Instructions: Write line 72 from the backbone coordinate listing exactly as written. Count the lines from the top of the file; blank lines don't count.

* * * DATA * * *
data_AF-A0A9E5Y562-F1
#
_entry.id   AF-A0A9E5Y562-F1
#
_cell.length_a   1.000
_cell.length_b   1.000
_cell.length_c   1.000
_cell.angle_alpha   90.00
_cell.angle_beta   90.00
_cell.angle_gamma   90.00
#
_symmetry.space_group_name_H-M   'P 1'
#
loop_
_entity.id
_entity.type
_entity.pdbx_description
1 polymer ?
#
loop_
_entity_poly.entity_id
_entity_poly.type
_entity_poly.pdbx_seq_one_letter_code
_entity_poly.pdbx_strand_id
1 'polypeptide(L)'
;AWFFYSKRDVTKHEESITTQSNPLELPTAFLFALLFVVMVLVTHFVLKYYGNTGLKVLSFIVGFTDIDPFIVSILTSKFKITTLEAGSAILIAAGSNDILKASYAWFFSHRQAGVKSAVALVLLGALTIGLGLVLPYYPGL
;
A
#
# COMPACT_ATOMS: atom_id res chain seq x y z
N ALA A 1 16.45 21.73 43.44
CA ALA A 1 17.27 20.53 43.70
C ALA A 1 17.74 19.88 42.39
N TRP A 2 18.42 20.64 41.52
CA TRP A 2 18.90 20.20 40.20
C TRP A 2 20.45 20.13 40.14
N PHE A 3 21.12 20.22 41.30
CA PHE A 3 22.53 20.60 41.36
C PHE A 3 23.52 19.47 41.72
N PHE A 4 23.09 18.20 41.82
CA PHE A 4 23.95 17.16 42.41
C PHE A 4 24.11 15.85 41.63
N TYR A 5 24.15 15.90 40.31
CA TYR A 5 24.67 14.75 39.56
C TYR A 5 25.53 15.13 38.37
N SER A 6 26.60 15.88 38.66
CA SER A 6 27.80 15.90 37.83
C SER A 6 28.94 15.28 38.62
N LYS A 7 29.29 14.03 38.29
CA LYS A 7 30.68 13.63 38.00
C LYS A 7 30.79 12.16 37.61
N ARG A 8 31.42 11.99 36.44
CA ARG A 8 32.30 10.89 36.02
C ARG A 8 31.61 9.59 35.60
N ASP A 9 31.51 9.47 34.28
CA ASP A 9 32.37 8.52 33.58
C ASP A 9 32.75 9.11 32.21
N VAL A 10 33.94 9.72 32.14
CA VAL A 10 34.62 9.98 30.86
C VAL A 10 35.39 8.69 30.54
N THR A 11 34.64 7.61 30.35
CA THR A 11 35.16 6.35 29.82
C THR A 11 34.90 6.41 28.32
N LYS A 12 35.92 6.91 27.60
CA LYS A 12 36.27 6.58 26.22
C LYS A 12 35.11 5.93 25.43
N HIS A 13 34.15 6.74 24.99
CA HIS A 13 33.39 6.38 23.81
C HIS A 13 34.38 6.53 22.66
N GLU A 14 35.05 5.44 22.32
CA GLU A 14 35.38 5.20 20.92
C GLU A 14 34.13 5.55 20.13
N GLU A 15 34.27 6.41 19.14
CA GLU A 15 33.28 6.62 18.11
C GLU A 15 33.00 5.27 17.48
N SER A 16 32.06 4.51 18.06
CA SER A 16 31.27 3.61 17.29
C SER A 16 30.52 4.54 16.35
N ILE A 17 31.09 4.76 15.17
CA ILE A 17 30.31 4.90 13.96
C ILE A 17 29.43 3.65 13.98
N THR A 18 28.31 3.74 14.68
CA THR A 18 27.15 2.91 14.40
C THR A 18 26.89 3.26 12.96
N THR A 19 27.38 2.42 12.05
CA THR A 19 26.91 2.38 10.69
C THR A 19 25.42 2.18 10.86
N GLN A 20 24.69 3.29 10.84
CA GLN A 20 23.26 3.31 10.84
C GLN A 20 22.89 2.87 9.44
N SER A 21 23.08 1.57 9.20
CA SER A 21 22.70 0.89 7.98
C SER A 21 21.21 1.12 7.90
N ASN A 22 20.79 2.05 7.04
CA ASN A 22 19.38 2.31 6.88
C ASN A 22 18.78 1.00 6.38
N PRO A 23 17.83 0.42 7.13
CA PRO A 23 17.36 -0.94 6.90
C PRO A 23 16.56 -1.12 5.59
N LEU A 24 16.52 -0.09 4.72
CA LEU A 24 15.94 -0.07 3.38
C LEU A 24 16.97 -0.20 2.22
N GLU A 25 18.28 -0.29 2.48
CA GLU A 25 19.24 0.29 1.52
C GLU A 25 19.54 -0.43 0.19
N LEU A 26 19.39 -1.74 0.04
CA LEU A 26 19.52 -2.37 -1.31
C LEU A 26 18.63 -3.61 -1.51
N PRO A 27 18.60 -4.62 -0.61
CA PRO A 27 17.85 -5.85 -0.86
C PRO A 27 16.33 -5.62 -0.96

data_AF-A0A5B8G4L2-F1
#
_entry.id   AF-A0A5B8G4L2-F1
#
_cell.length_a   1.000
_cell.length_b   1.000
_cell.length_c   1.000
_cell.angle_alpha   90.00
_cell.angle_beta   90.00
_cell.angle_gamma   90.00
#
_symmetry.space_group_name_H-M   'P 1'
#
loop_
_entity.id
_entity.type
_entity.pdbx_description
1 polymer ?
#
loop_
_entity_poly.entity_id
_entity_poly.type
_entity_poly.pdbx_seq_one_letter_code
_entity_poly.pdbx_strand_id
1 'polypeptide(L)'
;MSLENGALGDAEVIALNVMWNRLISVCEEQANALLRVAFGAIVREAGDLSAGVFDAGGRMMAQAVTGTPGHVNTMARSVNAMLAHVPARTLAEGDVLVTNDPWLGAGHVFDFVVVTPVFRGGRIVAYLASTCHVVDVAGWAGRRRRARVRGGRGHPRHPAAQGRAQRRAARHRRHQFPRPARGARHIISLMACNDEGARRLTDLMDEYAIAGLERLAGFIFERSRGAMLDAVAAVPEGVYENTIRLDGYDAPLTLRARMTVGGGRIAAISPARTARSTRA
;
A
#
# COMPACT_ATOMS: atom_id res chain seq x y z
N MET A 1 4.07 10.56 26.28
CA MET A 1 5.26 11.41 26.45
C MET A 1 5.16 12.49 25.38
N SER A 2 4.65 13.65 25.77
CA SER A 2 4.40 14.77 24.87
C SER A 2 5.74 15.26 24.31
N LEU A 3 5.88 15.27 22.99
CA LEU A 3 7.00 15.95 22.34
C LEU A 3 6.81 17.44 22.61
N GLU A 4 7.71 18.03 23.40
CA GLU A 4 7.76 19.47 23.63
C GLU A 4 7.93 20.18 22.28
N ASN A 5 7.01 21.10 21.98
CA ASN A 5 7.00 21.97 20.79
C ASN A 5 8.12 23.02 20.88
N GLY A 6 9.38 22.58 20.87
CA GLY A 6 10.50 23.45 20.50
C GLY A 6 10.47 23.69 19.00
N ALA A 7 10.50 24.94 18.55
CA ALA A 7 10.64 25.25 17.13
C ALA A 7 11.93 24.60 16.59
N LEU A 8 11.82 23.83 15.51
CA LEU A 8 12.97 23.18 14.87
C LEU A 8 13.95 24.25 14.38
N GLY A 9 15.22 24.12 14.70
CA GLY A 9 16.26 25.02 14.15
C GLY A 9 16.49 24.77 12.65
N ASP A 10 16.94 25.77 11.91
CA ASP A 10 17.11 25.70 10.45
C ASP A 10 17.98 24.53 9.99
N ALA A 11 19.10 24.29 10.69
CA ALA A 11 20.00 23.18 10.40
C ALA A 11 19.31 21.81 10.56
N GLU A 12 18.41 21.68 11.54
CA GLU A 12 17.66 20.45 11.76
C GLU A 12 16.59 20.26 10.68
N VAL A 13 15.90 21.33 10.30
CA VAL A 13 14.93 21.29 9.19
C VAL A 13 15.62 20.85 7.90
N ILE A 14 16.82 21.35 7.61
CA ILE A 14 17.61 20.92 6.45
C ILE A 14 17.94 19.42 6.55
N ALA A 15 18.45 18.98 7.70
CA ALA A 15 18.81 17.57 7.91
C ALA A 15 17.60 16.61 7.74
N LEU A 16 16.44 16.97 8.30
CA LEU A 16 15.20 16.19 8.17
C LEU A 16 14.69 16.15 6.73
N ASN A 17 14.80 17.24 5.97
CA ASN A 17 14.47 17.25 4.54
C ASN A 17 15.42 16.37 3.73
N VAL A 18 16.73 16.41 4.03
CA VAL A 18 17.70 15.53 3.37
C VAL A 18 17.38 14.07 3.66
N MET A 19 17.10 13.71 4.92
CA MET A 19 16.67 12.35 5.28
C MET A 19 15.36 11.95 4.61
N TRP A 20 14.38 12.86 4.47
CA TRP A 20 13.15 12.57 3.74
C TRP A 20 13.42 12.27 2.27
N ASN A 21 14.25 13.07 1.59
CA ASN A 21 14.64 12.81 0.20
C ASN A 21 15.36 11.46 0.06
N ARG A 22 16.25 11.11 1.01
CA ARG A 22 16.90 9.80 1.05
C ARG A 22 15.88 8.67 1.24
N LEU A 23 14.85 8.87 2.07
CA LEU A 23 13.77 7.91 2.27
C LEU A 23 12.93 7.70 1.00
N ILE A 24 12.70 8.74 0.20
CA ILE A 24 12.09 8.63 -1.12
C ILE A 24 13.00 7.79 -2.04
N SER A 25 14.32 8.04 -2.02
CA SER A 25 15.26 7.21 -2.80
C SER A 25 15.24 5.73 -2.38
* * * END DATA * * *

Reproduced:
C GLU A 14 34.13 5.55 20.13